Magazines Archives - 2008 December

Shop-fitting & Visual Merchandising - Retail-tainment the Singapore store’s creative story
Story 3 - Focus

Singapore shoppers are a sophisticated lot. They go to a store not just to buy things, but also want a sensory experience. To give them the fix they seek, retailers are increasingly placing importance on retail-tainment in store design. Jolene Klassen reports.

When it comes to store design, retailers undoubtedly put their best foot forward, knowing they might never get a second chance at creating a good first impression.

In Singapore, where shopping is a favourite pastime of locals and tourists alike, retailers are determined to create shopping environments that stand out from the rest dotting the cityscape.

Wielding some influence on the direction they take is the way shopping has evolved from being merely “lifesustaining” into a more “leisure-based” activity. The trend looks set to continue despite challenges the industry faces amid the global economic downturns, and concerns over diminishing tourism
numbers and rising rental rates.

“Shoppers today do not just come in simply to purchase something and walk out. While at it, they want the entire experience of shopping and entertainment — what we term ‘retailtainment’.

Shoppers want to enjoy retail therapy,” notes Cindy Tong, assistant vice-president of visual merchandising and store planning for TANGS stores, operated by CK Tang Limited, one of Singapore’s largest retailers.

In order to provide an environment that keeps shoppers entertained, the store has to appeal to their senses. For this, a myriad of considerations comes into play. One of these, as pointed out by Esprit Retail Pte Ltd’s spokesperson, is ambience, which needs to “reflect an understanding of the products” within the store.

The official also lists brand image and type of products as key components of consideration in any store design and shop-fitting projects.

“Both the design and atmosphere should work holistically [to create] the look and feel of the store.

The design concept, fixtures, lighting and layout will [determine] the flow and ambience for comfortable
shopping, giving customers the feeling of ease and the desire to shop.” Says Gopal Ram, business development manager of Singapore-based audio-visual consulting company Savvy Tec Pte Ltd, which has worked on several projects both locally and overseas: “Store design and store atmospherics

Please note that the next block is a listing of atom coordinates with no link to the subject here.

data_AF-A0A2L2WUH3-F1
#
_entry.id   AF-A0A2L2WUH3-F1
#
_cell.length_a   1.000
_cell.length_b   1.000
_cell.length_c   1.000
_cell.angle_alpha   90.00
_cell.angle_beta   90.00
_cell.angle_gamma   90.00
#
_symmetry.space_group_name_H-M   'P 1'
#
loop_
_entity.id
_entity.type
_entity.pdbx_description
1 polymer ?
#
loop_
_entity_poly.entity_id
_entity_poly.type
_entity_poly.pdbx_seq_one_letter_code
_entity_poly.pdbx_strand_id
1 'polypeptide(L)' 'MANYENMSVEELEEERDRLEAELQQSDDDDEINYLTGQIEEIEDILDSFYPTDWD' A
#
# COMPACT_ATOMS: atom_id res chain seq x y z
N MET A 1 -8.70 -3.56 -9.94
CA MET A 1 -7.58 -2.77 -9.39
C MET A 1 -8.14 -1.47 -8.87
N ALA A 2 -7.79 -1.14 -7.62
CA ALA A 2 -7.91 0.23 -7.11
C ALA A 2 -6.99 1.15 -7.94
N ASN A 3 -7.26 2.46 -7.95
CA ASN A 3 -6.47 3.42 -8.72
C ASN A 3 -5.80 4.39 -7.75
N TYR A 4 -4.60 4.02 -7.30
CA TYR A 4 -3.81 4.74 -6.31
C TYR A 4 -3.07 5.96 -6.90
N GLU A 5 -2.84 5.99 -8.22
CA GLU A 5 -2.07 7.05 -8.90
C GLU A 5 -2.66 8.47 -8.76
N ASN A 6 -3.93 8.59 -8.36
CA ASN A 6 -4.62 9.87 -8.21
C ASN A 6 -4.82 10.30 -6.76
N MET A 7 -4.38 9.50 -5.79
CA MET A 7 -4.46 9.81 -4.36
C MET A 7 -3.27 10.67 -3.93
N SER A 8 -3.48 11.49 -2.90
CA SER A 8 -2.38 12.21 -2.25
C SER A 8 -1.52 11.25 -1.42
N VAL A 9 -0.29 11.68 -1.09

cannot be in conflict as these are two important elements that need to go hand in hand. When designing a retail store, you need to consider all the atmospherics, the type of lighting and even
the tone set by the choice of music.”

So what goes into the idea on the type of store the retailer wants to build? “The design and layout of the store depend very much on the atmosphere that the retailer wants to create, as well as the clientele ...
in mind,” states space design consultant Kiew Lan Yin of local visual merchandising company Yin’s Design Pte Ltd who has worked with highend retailers the likes of Trussardi and Kenneth Cole.

Her view is supported by Tong, who shares that understanding the needs and preferences of shoppers has taken the TANGS stores beyond shopping into the realm of “lifestyle destinations”. “We focus on lifestyle in visual merchandising and in our strong window display, [with] a matrix of choices linked
through lifestyle relevance instead of product categories, [making] the whole shopping experience easier and more intimate,” she adds.

“Our fashion-lifestyle concept for children at TANGS Orchard, called Playground, has also incorporated a parents lounge where we provide parents with the same facilities they have in the comfort of their homes,” Tong says, as she delves into the many sections created in the store to cater to various types of customers. There is Wardrobe Men and Women. Beauty Hall carries the latest lines of skin- and
body-care products. PlayLab brings urban streetwear to “the young at heart”.